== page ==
Statement on Cross Campus encampment

Late this afternoon, student protestors calling for Yale to divest from military weapons manufacturers set up tents on Cross Campus (the lawn in front of Sterling Memorial Library) and began chanting and blocked walkways. This space is adjacent to residential colleges, where many students are studying for final exams. Student protestors have since been asked to remove these tents as they violate the university’s policy, and they have been reminded of the university's policies on the use of outdoor space, postering and chalking, and the use of amplified sound. As President Salovey outlined in his message to the Yale community last week, Yale fully supports peaceful protests and freedom of speech, but it does not tolerate the breaking of its policies, which are designed to keep the university functioning and protect the safety and welfare of the entire Yale community. Administrators have communicated these policies and the possible disciplinary actions directly to the protest marshals in person and in writing.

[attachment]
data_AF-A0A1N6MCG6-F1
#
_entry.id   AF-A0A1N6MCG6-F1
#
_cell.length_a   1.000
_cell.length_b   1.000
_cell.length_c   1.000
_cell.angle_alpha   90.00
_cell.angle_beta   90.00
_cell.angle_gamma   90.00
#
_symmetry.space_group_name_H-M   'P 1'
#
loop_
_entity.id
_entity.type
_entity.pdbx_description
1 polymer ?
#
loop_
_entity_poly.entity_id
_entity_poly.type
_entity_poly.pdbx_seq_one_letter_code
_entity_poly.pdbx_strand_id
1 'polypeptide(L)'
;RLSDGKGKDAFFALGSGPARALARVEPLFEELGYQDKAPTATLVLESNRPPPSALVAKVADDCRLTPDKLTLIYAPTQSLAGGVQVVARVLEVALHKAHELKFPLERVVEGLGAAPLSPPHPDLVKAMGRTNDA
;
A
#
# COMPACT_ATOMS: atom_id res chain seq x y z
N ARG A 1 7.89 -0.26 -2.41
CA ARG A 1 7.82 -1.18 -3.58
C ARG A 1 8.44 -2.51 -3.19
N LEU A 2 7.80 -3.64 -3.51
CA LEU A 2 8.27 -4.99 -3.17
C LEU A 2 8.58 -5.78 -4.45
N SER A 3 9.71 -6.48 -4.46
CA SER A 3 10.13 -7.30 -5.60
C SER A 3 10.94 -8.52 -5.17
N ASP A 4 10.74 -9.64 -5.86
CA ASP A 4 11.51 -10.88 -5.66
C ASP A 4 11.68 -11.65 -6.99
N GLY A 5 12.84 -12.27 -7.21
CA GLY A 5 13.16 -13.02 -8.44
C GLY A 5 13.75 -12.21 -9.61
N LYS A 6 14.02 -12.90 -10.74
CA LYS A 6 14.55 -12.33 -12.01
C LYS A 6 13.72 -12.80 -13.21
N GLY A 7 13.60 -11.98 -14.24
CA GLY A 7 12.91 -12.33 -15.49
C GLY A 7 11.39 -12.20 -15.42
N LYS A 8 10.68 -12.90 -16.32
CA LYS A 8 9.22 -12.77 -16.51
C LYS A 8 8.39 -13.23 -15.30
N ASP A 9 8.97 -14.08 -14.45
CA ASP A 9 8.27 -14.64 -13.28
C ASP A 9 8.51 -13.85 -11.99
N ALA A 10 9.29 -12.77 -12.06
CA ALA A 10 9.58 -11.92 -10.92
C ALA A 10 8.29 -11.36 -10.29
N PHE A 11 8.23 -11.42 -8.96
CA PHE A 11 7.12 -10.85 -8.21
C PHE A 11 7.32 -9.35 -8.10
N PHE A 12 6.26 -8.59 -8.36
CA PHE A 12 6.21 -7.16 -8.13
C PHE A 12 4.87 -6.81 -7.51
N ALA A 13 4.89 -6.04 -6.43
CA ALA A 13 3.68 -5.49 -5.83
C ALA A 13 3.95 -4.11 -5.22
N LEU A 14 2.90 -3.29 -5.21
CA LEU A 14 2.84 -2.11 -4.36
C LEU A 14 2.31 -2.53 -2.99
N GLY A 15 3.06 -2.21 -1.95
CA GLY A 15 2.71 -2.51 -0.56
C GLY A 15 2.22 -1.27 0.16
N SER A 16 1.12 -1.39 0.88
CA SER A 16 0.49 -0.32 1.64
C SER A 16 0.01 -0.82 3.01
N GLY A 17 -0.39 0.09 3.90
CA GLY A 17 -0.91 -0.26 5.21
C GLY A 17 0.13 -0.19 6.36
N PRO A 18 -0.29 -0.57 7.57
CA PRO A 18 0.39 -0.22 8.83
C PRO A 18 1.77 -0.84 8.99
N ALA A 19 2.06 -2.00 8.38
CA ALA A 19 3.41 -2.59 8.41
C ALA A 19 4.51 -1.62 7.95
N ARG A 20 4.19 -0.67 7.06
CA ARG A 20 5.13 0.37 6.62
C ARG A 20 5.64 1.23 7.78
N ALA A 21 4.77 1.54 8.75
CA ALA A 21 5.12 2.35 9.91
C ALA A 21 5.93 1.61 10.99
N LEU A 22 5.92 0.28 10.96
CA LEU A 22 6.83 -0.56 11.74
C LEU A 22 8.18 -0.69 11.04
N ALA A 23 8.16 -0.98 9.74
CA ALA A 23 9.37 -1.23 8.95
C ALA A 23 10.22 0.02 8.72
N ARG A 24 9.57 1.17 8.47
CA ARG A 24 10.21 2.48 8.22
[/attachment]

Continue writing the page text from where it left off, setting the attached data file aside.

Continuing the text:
Students who continue to occupy Cross Campus without regard for university policies risk university discipline, arrest, or re-arrest. Discipline could include suspension.

These actions by students echo a similar protest on Beinecke Plaza less than a week ago. In that case, students also erected tents. Students were told repeatedly that their actions violated university policies and, after they refused to comply, the university cleared the site on April 22.

Yale provides detailed guidance on free expression, peaceable assembly, and requesting the use of on-campus outdoor spaces. These policies state that permission must be applied for and obtained before groups may conduct their events in any outdoor space on campus or erect or place any structure, wall, barrier, tent, sculpture, artwork, or other object on university outdoor space.  Secretary and Vice President for University Life Kimberly Goff-Crews outlined and clarified these policies in an April 22 message to the community.

Since the protests began, the university and the Yale Police Department have worked to reduce the likelihood of confrontations and arrests.

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